Monday, January 4, 2010
I Rann, I Rann So Far Away... Showcase #17
Adam Strange is an ordinary, everyday archaeologist. Well, more like a movie serial archaeologist who happens to discover a lost Incan treasure (without lifting a shovel) gets chased by hostile natives and leaps over a cliff. But that's not the far-fetched part.
As Adam makes his risky leap, he is teleported from Earth to the planet Rann, orbiting the "star-sun" Alpha Centauri- 25 trillion miles away. Strange finds himself in the company of a pretty young woman who takes him to see her scientist father. Their language barrier is overcome easily by hooking Adam to the "Menticizer" a "remarkable device that lets our children talk from the day they are born!" - I love how space people and people from the future always seem so excited by what are clearly mundane things in their own world. - Also, "children talk from the day they are born?". Really? What do they say? "Hungry!", "Wet!" "Sleepy!" "There you are!"... what a breakthrough.
Once Adam can understand Alanna and her father Sardath, Sardath explains Adam's bizarre arrival on the planet Rann. Apparently, Rann sent out radio beams to Earth a little over 4 years ago hoping to communicate with Earth. Somehow the radio beams were transformed into a teleportation beam or "Zeta-Beam". It took a little over 4 years because Alpha Centauri is 4.3 light years from Sol.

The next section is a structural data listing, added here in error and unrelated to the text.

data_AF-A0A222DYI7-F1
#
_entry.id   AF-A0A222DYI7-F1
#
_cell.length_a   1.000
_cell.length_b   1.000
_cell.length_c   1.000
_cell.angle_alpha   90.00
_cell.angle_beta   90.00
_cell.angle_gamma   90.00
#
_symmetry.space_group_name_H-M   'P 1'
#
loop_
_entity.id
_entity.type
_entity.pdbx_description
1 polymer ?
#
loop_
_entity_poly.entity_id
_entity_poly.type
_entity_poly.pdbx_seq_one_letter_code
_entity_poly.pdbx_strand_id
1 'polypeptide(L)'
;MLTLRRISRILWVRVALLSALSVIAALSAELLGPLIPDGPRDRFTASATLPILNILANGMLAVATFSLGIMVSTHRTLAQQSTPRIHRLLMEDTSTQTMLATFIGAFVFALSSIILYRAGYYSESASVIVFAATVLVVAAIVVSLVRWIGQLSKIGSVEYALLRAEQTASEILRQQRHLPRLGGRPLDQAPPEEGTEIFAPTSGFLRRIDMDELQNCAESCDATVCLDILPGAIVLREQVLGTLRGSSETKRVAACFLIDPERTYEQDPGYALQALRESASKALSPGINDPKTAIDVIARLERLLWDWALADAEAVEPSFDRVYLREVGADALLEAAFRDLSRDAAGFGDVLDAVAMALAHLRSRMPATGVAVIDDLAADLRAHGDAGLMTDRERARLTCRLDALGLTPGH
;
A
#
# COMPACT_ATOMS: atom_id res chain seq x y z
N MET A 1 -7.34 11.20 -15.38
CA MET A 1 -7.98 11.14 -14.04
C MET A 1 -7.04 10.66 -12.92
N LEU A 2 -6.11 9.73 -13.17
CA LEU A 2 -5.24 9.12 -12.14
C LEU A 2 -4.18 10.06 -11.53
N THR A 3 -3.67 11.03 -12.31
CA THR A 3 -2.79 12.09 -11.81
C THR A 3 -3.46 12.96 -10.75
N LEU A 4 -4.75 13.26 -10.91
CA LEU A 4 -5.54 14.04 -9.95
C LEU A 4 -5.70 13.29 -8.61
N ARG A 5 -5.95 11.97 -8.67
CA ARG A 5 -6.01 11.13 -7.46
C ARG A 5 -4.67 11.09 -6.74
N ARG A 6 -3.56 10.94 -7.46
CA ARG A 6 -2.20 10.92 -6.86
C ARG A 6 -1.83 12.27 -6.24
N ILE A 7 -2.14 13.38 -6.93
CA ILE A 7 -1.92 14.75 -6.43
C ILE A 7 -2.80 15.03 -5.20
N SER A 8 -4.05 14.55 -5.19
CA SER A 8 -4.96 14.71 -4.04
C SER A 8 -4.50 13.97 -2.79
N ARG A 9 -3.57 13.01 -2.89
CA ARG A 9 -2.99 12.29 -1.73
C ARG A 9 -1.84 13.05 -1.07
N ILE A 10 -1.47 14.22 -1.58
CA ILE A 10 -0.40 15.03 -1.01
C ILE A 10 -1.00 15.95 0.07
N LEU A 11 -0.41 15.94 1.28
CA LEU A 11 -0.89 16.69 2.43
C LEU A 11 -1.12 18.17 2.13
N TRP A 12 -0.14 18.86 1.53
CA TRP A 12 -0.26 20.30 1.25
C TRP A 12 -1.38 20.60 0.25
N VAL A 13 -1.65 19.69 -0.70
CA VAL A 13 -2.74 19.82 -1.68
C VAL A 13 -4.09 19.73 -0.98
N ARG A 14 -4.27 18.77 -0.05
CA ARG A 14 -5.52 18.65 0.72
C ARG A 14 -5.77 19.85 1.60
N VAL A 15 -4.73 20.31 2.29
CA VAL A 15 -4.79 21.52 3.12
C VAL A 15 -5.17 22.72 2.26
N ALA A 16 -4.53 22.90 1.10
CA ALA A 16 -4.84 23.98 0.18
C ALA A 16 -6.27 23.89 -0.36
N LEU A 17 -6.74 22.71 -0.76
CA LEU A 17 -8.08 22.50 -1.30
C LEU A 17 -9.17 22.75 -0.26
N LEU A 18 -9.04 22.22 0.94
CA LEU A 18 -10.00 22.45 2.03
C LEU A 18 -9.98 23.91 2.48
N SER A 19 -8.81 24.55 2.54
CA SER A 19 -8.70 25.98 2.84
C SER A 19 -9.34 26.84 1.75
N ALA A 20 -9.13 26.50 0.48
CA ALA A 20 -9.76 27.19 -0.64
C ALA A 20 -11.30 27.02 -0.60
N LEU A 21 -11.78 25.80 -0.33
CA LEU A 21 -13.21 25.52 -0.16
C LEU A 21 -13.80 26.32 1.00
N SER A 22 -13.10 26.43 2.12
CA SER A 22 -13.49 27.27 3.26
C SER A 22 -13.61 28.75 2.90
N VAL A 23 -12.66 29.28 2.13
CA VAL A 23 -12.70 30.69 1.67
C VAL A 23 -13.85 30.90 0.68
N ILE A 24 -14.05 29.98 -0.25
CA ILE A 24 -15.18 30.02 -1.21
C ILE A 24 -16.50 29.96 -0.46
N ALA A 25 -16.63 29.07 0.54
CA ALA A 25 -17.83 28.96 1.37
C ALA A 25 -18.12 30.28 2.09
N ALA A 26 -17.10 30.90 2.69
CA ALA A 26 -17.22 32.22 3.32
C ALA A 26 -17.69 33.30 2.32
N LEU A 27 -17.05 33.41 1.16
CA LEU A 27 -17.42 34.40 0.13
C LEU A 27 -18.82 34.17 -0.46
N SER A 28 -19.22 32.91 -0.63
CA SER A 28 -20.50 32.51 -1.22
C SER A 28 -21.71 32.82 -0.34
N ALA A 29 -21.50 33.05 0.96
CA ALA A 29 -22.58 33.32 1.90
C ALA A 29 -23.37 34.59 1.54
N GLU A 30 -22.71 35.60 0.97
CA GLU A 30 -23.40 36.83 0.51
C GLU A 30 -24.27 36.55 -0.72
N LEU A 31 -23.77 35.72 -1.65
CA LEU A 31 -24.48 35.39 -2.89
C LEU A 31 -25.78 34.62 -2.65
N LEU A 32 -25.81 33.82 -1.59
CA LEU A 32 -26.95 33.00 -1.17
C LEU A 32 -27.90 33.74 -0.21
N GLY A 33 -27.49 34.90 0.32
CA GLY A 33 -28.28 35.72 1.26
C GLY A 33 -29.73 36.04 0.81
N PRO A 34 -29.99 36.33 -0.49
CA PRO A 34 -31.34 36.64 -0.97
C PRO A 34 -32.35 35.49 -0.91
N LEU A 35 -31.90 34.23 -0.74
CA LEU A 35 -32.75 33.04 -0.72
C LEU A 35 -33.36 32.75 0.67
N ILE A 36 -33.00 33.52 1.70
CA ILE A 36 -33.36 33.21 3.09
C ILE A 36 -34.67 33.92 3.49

Now I'm no astrophysicist, but firstly, do radio waves travel at light speed?? Not that I'm aware of. Secondly, if the "Zeta-Beam" travels at light speed and it took 4.3 light years to reach Earth... wouldn't it have taken another 4.3 years for Adam Strange to reach Rann????
Any way, despite Rann's superior, advanced technology it takes a clodhopper from Earth to defeat an alien invasion (don't you people rate a Green Lantern?). Which just happens to start right after Adam Strange arrives. Which is pretty much the theme of every Adam Strange story of the entire Silver Age.
Adam Strange is a likeable comic. It borrows heavily from John Carter of Mars and Buck Rogers, but has it's own, unique voice. The way each story ends with Adam being teleported back to Earth, away from a world of adventure and the woman he loves is somehow genuinely poigniant. Strange lives his life on Earth counting the days, hours and minutes until the next Zeta-Beam to Rann. I can imagine a few readers found themselves counting the weeks until the next issue of Mystery in Space.